Do you ever ask yourself ‘What the Fudge’ is going on in my apps?
Yes, I know you thought the acronym meant something else, but I am trying to keep this blog PG; but please feel free to define the abbreviation however you want.
It is an easy question to ask, but with today’s distributed development environments and aggressive CI/CD pipelines, it is not easy to answer.
How many people in your organization do you need to chat with to understand your apps’ architecture, technology stack, and security posture? I am guessing it is a big group of people who all have many responsibilities, so getting time on their schedule is challenging.
A holistic approach to WTFIGO is needed, but how do you get there? If you want to learn more, continue reading.
The Architect’s View of WTFIGO
As an architect, it is your responsibility to understand the ecosystem of your apps at the thirty-thousand-foot level. You know the technologies and the way your companies’ applications work but are not specifically responsible for the actual development or granular decisions of which technologies to choose to meet the requirements of the desired architecture.
I would compare an architect to the conductor of the symphony orchestra as they instruct people what to do and when but don’t play the instruments.
An architect would, for example, know that there are APIs and Open Source Packages in their application but not the specific details of what version or the comprehensive list of all the technologies.
From the WTFIGO aspect, they know the way their applications work but not everything about the applications.
The Developer’s View of WTFIGO
In today’s shifting landscape of cloud-native development and microservices architecture, developers work on their part of the application and assume that the developers working on the other parts of the application are doing their jobs.
Developers are no longer working on large monolith apps where everyone works on the application together. They stay in their lane, work on their functionality, and let the CI/CD process assemble all the components into the running app.
Developers may know what the other teams are doing in terms of functionality but do not understand how the required functionality is implemented. They “hope” that the PII data they are processing in a secure manner stays secure when passed off to the next level of application processing but don’t know.
Security’s View of WTFIGO
Security is in a tough spot as they are looking at their organization’s applications from the outside.
They can provide guidance and education on what a secure architecture looks like but are not directly responsible for implementing it. They must rely on AST scanning technologies like SAST, SCA, and DAST to find security issues in the code or running application.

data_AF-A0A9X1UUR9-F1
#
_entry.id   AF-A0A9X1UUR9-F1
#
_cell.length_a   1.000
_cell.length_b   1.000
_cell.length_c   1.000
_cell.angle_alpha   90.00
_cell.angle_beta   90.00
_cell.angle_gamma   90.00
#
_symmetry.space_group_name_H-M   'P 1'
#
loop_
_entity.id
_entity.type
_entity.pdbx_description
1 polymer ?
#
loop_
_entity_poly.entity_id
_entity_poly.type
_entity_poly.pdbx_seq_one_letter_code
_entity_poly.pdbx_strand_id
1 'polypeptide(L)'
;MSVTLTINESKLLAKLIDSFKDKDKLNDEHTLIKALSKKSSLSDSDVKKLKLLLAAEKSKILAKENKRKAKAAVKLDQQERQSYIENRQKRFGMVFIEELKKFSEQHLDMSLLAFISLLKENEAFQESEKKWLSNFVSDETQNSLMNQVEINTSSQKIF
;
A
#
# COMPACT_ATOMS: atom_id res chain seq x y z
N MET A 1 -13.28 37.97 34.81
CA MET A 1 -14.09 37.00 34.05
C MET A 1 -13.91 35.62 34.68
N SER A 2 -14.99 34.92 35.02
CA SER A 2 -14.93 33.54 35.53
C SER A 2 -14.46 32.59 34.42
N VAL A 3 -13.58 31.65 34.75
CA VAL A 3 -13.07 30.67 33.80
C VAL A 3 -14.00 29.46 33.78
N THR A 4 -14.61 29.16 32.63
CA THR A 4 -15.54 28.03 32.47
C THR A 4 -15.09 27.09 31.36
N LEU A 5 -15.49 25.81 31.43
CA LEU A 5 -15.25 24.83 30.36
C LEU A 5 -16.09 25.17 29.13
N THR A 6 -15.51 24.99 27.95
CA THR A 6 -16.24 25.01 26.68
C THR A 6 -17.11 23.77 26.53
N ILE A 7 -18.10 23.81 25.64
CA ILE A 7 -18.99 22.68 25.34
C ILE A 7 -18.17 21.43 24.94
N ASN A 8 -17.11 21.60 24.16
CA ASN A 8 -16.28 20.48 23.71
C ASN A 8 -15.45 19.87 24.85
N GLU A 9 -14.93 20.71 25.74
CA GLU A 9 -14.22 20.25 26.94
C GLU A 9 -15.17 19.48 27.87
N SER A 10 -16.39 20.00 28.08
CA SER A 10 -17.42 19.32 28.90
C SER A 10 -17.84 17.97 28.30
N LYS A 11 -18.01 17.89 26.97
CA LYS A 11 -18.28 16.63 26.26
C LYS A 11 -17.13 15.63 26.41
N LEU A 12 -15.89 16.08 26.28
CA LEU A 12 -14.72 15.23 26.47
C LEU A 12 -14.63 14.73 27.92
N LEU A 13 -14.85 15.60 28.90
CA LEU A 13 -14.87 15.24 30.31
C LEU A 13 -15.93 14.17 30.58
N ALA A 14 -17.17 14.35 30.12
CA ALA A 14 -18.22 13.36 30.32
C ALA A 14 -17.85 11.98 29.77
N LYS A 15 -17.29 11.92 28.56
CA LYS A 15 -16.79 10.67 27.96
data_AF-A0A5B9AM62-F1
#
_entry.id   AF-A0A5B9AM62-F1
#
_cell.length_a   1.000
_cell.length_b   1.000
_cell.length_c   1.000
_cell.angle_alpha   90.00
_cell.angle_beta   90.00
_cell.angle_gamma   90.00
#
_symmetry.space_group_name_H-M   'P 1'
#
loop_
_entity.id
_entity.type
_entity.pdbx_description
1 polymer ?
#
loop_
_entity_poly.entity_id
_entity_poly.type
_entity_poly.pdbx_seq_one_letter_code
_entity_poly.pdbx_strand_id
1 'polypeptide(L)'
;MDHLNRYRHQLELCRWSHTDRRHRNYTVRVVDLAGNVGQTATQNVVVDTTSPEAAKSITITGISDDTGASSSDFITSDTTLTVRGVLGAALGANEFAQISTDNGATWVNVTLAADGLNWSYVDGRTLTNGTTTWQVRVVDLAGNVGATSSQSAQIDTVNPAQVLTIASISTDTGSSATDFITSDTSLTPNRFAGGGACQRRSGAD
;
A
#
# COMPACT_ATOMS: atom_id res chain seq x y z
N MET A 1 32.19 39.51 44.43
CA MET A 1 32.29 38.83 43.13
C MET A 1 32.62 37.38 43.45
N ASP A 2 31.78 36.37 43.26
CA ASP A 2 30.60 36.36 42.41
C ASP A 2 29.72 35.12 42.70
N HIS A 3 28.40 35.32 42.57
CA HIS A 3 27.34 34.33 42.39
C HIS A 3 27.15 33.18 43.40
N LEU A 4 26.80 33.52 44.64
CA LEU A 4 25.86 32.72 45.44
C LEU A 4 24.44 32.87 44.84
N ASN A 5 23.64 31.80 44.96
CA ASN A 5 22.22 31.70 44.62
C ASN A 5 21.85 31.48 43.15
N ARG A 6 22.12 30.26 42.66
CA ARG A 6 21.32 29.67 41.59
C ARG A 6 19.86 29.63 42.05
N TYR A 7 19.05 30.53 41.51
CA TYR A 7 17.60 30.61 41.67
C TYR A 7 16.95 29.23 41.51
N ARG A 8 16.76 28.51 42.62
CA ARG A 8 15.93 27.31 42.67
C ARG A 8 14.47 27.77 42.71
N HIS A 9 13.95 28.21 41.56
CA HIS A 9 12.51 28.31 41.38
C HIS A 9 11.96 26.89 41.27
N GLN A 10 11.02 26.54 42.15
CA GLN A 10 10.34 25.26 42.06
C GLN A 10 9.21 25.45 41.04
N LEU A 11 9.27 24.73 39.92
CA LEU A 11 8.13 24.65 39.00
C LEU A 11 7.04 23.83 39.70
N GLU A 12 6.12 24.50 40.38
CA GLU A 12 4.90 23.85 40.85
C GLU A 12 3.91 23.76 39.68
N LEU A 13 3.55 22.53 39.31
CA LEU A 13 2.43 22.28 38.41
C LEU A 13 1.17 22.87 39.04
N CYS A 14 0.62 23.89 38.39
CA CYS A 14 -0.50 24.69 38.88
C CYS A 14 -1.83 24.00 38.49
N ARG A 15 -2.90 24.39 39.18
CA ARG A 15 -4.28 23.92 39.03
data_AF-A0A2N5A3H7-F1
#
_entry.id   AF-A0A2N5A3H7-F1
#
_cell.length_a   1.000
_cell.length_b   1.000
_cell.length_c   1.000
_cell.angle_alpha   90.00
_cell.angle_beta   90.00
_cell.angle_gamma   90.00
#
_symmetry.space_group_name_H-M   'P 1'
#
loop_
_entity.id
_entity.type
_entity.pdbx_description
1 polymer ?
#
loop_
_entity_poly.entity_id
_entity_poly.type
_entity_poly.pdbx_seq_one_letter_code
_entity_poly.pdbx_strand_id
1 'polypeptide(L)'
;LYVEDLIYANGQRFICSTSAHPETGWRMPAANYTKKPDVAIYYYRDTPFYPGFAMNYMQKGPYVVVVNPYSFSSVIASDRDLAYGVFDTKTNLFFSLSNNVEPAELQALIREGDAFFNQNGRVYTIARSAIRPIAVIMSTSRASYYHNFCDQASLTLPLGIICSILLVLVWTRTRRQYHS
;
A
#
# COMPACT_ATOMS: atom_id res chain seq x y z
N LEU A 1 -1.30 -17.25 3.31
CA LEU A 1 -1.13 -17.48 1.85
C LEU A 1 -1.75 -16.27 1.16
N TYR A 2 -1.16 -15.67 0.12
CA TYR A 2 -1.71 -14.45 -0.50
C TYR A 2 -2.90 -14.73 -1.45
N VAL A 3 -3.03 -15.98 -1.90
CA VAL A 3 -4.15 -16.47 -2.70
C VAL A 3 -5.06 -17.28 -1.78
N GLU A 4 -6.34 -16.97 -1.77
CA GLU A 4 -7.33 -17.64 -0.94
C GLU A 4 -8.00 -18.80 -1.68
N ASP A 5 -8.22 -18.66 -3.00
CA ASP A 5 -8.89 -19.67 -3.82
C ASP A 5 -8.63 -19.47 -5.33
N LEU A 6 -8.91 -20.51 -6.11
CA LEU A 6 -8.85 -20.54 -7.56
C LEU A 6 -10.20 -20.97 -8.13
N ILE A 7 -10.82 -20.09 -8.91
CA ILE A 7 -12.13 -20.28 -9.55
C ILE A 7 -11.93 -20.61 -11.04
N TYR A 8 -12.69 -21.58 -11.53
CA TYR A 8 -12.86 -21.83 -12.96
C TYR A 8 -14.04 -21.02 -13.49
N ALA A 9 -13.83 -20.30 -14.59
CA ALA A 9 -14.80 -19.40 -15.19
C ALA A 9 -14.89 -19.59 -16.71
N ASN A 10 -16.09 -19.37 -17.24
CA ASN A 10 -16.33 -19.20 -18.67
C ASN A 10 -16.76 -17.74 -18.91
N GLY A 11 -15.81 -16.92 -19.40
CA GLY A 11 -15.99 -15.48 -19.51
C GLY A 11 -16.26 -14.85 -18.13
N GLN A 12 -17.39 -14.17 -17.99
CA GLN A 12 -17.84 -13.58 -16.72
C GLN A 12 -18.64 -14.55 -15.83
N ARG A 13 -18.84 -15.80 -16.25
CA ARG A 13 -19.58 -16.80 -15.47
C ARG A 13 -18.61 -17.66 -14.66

Once they have the findings of these scans, they must look at them and decide if the risk fits their security policies. If it does, they then communicate them to the developers for remediation and hope they fix it correctly.
The only way to check is to restart the AST scanning process for verification. The security professionals know what security risk is and how to prevent it. Still, they typically do not know WTFIGO in their applications related to the risk.
But I thought DevOps was all about collaboration and knowledge sharing?
At its core, yes, DevOps is about collaboration and knowledge sharing, which allows people to perform many jobs within the process.
But in my opinion, this is more of a dream than a reality. Please don’t kill the messenger, as some organizations do a great job with this, but two variables complicate the perceived goal of collaborative DevOps.
Those variables are time and resources. CI/CD release processes are becoming more and more aggressive, so the time to understand every aspect is getting shorter and shorter. It is the nature of the beast that there is just not enough time for everyone to understand everything that is happening when you push a new release multiple times a day.
Now think about the other variable of resources, and when I say resources, I mean people.
To be blunt, it is challenging to hire people these days. I bet that your company currently has open recs for Application Architects, Developers, and App Security professionals they have been trying to hire for a while. There aren’t enough people to perform all work, so it is a bit crazy to think they would have the time to learn everyone else’s job.
The Solution to WTFIGO in My Apps
Instead of looking at your apps from your role or responsibility, you need a way to look at how everything works together, and that one simple change can introduce dangerous drift in your application.
Not to mention introduce significant security issues that were not thought of because people did not know WTFIGO in their apps.
Apps are changing daily, and the potential for unknown risk is more of an issue than ever before.
All I am offering is the truth, nothing more
To reference the Matrix, do you want to take the blue pill and continue the same path you are on and pretend that the aggressive CI/CD process isn’t introducing new and potential drift, compliance issues, or unmanaged services in your applications.
Or do you want to take the red pill and open your eyes to complete Application Risk Visibility?
Bionic can help if you choose to take the red pill.
Check out how Bionic visualizes application architectures: